Attorneys in our field emphasize the need for incapacity planning, and people generally agree that it is important, but they envision end-of-life scenarios for senior citizens.
As the winter approaches, we are seeing a major uptick in the numbers of COVID-19 cases. When the pandemic originally emerged, it took everyone by surprise. You would never think that a novel coronavirus could send you to the intensive care unit unexpectedly.
This serves as a stark reminder that anything can happen to anyone at any time. It doesn’t take much effort to put a plan in place, and it is nice to know you have your bases covered going forward.
Advance Directives for Health Care
An incapacity plan will include documents, advance directives for health care, and one of them is a living will. We have heard a lot about the use of ventilators since the pandemic hit, and this is one type of life-support, but there are a number of others.
Utilization of life-support is a complicated subject, because people can sometimes be kept alive indefinitely when there is no hope of recovery. In other cases, a patients may recover, but it is likely that they will have devastating disabilities.
There is no right or wrong way to approach this question, because it is a matter of personal preference.
You certainly would not want to make this decision on behalf of an adult family member without any knowledge of their thinking. Plus, if you feel as though you know what they would want to do, what if your other relatives don’t agree?
If you envision this scenario, you can see why it is important to state your life-support preferences in advance. This is done through the execution of a living will.
When you establish your living will, you can address each respective type of life-support if you have different preferences for each technique. A living will can also include organ and tissue donation choices and comfort care medication preferences.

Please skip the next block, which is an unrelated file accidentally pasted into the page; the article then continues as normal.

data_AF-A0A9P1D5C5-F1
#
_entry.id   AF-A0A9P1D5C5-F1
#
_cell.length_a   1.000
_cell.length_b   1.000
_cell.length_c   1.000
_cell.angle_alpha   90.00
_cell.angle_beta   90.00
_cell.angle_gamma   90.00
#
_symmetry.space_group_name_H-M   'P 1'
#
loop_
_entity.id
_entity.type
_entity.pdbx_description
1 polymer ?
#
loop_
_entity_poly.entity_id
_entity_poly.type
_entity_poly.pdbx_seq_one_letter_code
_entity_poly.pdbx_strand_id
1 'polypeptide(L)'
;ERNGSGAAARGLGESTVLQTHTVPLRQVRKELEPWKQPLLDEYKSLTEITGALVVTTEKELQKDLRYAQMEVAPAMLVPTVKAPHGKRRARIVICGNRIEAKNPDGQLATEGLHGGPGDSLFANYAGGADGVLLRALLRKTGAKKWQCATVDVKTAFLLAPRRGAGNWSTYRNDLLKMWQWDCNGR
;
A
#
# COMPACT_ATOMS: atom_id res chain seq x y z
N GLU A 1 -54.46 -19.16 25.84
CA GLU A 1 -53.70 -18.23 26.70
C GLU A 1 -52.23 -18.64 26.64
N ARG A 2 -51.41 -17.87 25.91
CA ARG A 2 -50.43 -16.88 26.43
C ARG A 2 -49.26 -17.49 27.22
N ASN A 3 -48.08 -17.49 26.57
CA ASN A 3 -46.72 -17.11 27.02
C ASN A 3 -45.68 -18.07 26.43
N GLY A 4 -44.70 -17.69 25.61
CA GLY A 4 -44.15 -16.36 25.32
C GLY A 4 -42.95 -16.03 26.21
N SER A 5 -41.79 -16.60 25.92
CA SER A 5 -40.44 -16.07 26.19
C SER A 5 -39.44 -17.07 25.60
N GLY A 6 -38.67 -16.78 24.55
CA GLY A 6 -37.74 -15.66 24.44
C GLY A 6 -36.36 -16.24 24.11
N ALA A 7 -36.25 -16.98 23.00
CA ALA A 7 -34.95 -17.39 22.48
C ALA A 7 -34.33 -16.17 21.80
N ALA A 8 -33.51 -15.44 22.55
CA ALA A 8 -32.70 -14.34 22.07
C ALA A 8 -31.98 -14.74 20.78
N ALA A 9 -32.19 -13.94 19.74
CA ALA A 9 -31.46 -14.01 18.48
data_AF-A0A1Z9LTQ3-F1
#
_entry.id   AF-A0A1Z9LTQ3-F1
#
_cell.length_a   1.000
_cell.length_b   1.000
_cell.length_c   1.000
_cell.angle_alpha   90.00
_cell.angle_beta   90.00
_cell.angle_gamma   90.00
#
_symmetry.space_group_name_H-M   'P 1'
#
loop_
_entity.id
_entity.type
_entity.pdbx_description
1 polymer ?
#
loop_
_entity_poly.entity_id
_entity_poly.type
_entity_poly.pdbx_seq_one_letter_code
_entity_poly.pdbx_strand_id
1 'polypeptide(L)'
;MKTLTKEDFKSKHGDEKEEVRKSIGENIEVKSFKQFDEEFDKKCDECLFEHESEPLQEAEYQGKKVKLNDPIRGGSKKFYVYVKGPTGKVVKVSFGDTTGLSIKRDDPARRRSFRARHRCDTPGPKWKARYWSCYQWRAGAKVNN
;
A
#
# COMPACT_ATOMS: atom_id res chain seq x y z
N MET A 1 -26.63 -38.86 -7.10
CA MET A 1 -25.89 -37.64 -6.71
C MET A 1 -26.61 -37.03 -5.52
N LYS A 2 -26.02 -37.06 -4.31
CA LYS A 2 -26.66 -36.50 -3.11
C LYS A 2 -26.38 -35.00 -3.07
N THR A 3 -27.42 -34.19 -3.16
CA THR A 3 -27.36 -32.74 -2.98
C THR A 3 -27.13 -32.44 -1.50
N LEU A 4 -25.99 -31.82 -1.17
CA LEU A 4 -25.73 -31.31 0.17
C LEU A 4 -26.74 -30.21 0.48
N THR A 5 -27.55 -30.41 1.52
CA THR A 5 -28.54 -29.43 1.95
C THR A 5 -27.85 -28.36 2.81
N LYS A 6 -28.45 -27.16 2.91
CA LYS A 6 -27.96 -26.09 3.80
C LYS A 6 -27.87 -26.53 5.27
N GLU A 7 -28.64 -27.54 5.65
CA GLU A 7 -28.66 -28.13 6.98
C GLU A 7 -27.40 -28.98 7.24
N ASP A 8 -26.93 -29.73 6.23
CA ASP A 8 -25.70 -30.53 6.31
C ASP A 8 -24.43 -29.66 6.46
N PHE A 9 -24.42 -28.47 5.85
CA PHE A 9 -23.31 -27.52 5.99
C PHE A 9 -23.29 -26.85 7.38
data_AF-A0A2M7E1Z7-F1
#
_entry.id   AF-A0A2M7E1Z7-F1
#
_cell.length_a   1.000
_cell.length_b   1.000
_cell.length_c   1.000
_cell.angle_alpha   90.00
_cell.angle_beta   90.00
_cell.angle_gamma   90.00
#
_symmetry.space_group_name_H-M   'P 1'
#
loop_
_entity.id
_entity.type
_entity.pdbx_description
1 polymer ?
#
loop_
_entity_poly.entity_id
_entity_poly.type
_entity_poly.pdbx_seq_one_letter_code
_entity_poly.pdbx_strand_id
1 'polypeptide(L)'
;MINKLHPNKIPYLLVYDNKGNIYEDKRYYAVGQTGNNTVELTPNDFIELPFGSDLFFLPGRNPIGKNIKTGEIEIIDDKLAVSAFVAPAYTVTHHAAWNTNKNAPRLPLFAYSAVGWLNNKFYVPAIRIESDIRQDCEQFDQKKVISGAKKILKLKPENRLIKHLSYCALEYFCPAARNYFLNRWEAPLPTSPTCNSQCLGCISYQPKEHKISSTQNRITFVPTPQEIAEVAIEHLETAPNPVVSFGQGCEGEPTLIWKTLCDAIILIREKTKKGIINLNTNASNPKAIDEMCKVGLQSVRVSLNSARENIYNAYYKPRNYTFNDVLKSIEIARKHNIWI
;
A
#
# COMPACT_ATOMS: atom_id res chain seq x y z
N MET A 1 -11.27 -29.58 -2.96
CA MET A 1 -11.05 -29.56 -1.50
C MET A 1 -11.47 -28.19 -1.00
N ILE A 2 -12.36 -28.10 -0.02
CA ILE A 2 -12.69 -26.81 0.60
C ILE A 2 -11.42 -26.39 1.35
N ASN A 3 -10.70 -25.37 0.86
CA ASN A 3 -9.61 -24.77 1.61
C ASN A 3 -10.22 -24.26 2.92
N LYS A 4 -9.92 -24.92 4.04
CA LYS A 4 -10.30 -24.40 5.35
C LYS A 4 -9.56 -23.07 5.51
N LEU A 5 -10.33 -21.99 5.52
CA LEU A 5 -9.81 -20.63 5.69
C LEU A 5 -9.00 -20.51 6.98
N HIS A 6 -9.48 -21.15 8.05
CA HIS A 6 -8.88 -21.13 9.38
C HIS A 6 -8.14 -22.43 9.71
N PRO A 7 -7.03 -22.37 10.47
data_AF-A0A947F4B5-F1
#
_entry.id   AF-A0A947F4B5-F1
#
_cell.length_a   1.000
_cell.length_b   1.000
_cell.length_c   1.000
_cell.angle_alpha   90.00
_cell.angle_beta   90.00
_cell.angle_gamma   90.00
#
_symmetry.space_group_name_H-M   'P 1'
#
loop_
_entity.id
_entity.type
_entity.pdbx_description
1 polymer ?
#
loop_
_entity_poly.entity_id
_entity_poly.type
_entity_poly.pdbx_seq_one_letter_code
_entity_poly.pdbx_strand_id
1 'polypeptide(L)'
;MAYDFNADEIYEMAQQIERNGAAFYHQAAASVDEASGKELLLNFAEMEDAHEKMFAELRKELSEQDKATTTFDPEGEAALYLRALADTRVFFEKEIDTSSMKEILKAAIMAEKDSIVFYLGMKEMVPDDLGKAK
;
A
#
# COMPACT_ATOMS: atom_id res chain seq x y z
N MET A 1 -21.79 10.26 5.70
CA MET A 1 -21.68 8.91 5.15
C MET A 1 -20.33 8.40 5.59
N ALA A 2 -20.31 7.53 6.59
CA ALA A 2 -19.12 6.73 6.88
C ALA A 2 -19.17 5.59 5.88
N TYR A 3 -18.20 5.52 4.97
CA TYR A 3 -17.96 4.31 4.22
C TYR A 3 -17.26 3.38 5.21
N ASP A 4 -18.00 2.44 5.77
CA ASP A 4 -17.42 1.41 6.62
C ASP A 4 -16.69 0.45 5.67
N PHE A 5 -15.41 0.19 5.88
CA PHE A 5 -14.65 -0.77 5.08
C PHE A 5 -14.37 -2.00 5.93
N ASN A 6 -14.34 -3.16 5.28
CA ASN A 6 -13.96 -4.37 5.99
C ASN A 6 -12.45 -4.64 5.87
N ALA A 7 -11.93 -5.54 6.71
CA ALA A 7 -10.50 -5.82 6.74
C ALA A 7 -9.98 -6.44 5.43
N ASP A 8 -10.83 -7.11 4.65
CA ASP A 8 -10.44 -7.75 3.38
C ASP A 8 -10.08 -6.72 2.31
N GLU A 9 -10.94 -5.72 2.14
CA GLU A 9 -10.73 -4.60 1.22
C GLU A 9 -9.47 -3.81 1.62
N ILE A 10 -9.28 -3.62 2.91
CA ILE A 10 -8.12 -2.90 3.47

Another advance directive that should be part of the plan is a durable power of attorney for health care. This document is used to name an agent to make medical decisions on your behalf if you become unable to make them on your own.
Why would you need an agent when you already have a living will? You need a representative to address matters that are not related to the use of life-support.
The Health Insurance Portability and Accountability Act (HIPAA) was enacted in 1996, and it was put into place to ensure patient privacy. A provision contained within HIPAA prevents medical personnel from sharing health care information with anyone other than the patient.
This includes family members, and it is worthwhile to note that it applies to all adults that are at least 18 years old. When you are devising your incapacity plan, you should sign a HIPAA release to give doctors the freedom to discuss your condition with your agent and anyone else that you choose.
Complete the Plan
We are focusing on advance directives here, but we should touch upon the other parts of the equation.
You can add a durable power of attorney for property to name someone to manage your financial affairs in the event of your incapacity. If you are using a living trust as the centerpiece of your estate plan, you can designate a disability trustee to manage the trust if it ever becomes necessary.
And of course, your overall plan should address the way that you would like your assets to be distributed in the event of your death.
We Are Here to Help!
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You can give us a call at 513-721-1513 to set up an appointment, and if you would like to reach out over the Internet, fill out our contact form and we will get back in touch with you promptly.
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